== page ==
As we discuss these sensitive issues we must (1) do what is right, (2) love mercy and (3) do it in a spirit of humility. What is right is determined by the Bible. We must love goodness, kindness and faithfulness. And we must not assume that we know what is best for a situation without humbly putting ourselves in the position of a learner.
It is interesting to note that none of the opponents of the ordination of women addressed the fact that women whose ministries bear the approval of Heaven are not compensated equal to their male counterparts. Jesus said the labourer is worthy of his hire (Luke 10:7). Those who work deserve their pay. Paul picks up that same sentiment in 1 Timothy 5:18 when he says, “For the scripture saith, Thou shalt not muzzle the ox that treadeth out the corn. And, The labourer is worthy of his reward.” For the corporate church to allow our sister pastors to work alongside their brothers in ministry for less pay is not right.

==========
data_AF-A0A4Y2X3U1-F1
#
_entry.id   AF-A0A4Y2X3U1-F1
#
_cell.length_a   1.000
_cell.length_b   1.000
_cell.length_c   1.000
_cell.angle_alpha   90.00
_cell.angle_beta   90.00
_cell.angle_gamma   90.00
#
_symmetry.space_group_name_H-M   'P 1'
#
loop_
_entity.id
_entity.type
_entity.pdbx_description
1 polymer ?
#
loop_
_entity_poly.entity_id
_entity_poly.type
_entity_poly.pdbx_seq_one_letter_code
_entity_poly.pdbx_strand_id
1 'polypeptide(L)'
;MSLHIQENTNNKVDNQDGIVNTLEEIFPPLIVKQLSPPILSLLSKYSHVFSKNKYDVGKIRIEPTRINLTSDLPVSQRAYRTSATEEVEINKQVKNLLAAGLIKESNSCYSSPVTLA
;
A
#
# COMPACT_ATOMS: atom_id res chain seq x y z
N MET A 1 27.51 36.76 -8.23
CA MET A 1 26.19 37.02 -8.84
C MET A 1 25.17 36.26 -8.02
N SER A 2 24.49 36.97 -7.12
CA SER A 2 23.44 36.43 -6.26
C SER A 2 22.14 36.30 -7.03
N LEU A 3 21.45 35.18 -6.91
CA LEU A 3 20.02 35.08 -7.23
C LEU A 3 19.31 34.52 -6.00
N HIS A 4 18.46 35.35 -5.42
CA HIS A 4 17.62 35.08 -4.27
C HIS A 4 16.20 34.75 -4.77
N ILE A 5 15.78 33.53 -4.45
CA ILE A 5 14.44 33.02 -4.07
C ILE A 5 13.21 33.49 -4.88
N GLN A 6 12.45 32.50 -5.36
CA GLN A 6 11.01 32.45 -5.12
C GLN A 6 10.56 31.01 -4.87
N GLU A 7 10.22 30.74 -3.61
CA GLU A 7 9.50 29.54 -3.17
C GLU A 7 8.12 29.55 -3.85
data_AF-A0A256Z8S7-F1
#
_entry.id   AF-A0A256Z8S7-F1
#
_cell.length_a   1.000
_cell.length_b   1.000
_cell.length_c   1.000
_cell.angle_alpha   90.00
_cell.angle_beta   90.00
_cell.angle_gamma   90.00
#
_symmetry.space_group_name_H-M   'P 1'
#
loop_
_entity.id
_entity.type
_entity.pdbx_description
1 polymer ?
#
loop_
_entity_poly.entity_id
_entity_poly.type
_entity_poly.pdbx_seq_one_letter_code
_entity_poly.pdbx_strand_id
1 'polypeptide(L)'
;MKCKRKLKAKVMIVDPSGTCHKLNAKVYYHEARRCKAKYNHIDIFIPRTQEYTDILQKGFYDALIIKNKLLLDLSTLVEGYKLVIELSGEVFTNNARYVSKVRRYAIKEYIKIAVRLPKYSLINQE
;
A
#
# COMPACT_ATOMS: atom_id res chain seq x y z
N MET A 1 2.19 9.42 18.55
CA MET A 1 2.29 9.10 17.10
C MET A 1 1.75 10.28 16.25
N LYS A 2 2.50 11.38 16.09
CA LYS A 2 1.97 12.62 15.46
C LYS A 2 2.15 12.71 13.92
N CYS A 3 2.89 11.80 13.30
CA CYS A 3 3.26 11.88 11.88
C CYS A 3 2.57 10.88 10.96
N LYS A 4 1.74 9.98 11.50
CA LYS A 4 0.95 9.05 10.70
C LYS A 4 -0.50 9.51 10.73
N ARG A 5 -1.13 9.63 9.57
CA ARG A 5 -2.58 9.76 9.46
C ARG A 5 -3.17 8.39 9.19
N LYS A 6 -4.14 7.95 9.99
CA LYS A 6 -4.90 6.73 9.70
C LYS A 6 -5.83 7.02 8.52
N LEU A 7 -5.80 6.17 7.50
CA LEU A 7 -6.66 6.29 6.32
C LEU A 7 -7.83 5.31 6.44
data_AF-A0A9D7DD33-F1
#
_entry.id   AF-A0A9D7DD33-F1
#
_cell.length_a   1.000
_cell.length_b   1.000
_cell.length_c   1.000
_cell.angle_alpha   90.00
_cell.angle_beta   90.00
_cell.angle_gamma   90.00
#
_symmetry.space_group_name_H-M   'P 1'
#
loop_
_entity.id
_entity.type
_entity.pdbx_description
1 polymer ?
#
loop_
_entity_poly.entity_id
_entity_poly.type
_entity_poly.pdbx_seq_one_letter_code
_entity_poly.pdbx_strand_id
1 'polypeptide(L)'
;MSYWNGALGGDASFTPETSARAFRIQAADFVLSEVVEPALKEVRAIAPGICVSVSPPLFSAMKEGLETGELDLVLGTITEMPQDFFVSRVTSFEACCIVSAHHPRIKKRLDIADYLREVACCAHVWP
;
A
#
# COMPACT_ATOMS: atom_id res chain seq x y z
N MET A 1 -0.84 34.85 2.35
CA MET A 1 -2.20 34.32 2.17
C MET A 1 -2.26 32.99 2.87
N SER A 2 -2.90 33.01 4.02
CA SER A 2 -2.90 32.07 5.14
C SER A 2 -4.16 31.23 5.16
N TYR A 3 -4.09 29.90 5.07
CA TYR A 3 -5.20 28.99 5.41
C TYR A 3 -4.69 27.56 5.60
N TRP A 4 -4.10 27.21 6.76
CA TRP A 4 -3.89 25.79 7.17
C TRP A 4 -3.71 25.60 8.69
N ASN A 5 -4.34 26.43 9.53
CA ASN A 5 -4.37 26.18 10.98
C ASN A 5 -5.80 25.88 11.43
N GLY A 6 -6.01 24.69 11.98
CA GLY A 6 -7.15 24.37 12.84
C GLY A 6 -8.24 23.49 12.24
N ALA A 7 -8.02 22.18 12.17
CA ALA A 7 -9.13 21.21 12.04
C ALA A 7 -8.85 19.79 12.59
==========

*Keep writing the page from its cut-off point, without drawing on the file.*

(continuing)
The discussion from those in opposition to women’s ordination took narrow view and appealed to us for unity based upon a superficial reading of Jesus’ high priestly prayer that we may be one.
The same thing happens whenever race is raised with respect to the existence of regional conferences. Some are embarrassed that they exist without being embarrassed at the behavior of the dominant culture whenever “too many” blacks join their organizations or move into their neighborhoods. It’s called White flight. We get into conversations with people and are embarrassed that these “necessary structural accommodations” exist without revealing the truths about White behavior in our denomination.
White is Right
There is an unwritten but understood rule that the worship style of our Anglo roots is the right worship style. The church is comprised of diverse people groups (every nation, kindred, tongue and people), but when we come together in worship, it going to sound like Dime Tabernacle in Battle Creek in the early 20th century.